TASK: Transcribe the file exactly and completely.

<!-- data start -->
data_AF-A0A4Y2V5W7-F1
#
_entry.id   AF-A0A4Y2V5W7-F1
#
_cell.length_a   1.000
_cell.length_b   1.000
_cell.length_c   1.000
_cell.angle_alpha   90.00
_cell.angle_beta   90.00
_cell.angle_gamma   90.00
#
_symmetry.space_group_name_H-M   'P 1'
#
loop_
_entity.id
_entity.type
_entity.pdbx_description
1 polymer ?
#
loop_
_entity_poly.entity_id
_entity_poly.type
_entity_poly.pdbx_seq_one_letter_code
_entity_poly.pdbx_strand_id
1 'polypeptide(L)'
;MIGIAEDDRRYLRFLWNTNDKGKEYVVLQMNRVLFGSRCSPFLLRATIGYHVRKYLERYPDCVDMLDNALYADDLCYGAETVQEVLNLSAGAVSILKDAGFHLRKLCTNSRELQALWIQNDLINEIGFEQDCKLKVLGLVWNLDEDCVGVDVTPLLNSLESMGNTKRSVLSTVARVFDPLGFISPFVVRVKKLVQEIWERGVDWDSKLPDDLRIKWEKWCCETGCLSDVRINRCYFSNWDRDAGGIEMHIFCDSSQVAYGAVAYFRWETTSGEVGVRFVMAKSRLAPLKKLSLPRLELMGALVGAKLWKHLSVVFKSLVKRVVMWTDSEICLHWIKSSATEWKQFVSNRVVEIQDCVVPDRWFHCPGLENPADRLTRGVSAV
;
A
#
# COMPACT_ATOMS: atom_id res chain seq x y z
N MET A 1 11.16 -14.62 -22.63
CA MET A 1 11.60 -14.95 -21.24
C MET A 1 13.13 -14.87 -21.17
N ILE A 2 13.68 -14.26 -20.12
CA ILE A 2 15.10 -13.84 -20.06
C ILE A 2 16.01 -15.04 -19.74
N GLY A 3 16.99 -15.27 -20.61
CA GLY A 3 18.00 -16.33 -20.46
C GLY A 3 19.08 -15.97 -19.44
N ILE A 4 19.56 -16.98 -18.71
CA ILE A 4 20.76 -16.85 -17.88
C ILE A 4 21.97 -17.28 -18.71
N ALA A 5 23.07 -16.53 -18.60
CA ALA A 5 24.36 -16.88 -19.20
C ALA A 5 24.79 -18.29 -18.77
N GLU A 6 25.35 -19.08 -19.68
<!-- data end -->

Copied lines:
data_AF-A0A4Y2V5W7-F1
#
_entry.id   AF-A0A4Y2V5W7-F1
#
_cell.length_a   1.000
_cell.length_b   1.000
_cell.length_c   1.000
_cell.angle_alpha   90.00
_cell.angle_beta   90.00
_cell.angle_gamma   90.00
#
_symmetry.space_group_name_H-M   'P 1'
#
loop_
_entity.id
_entity.type
_entity.pdbx_description
1 polymer ?
#
loop_
_entity_poly.entity_id
_entity_poly.type
_entity_poly.pdbx_seq_one_letter_code
_entity_poly.pdbx_strand_id
1 'polypeptide(L)'
;MIGIAEDDRRYLRFLWNTNDKGKEYVVLQMNRVLFGSRCSPFLLRATIGYHVRKYLERYPDCVDMLDNALYADDLCYGAETVQEVLNLSAGAVSILKDAGFHLRKLCTNSRELQALWIQNDLINEIGFEQDCKLKVLGLVWNLDEDCVGVDVTPLLNSLESMGNTKRSVLSTVARVFDPLGFISPFVVRVKKLVQEIWERGVDWDSKLPDDLRIKWEKWCCETGCLSDVRINRCYFSNWDRDAGGIEMHIFCDSSQVAYGAVAYFRWETTSGEVGVRFVMAKSRLAPLKKLSLPRLELMGALVGAKLWKHLSVVFKSLVKRVVMWTDSEICLHWIKSSATEWKQFVSNRVVEIQDCVVPDRWFHCPGLENPADRLTRGVSAV
;
A
#
# COMPACT_ATOMS: atom_id res chain seq x y z
N MET A 1 11.16 -14.62 -22.63
CA MET A 1 11.60 -14.95 -21.24
C MET A 1 13.13 -14.87 -21.17
N ILE A 2 13.68 -14.26 -20.12
CA ILE A 2 15.10 -13.84 -20.06
C ILE A 2 16.01 -15.04 -19.74
N GLY A 3 16.99 -15.27 -20.61
CA GLY A 3 18.00 -16.33 -20.46
C GLY A 3 19.08 -15.97 -19.44
N ILE A 4 19.56 -16.98 -18.71
CA ILE A 4 20.76 -16.85 -17.88
C ILE A 4 21.97 -17.28 -18.71
N ALA A 5 23.07 -16.53 -18.60
CA ALA A 5 24.36 -16.88 -19.20
C ALA A 5 24.79 -18.29 -18.77
N GLU A 6 25.35 -19.08 -19.68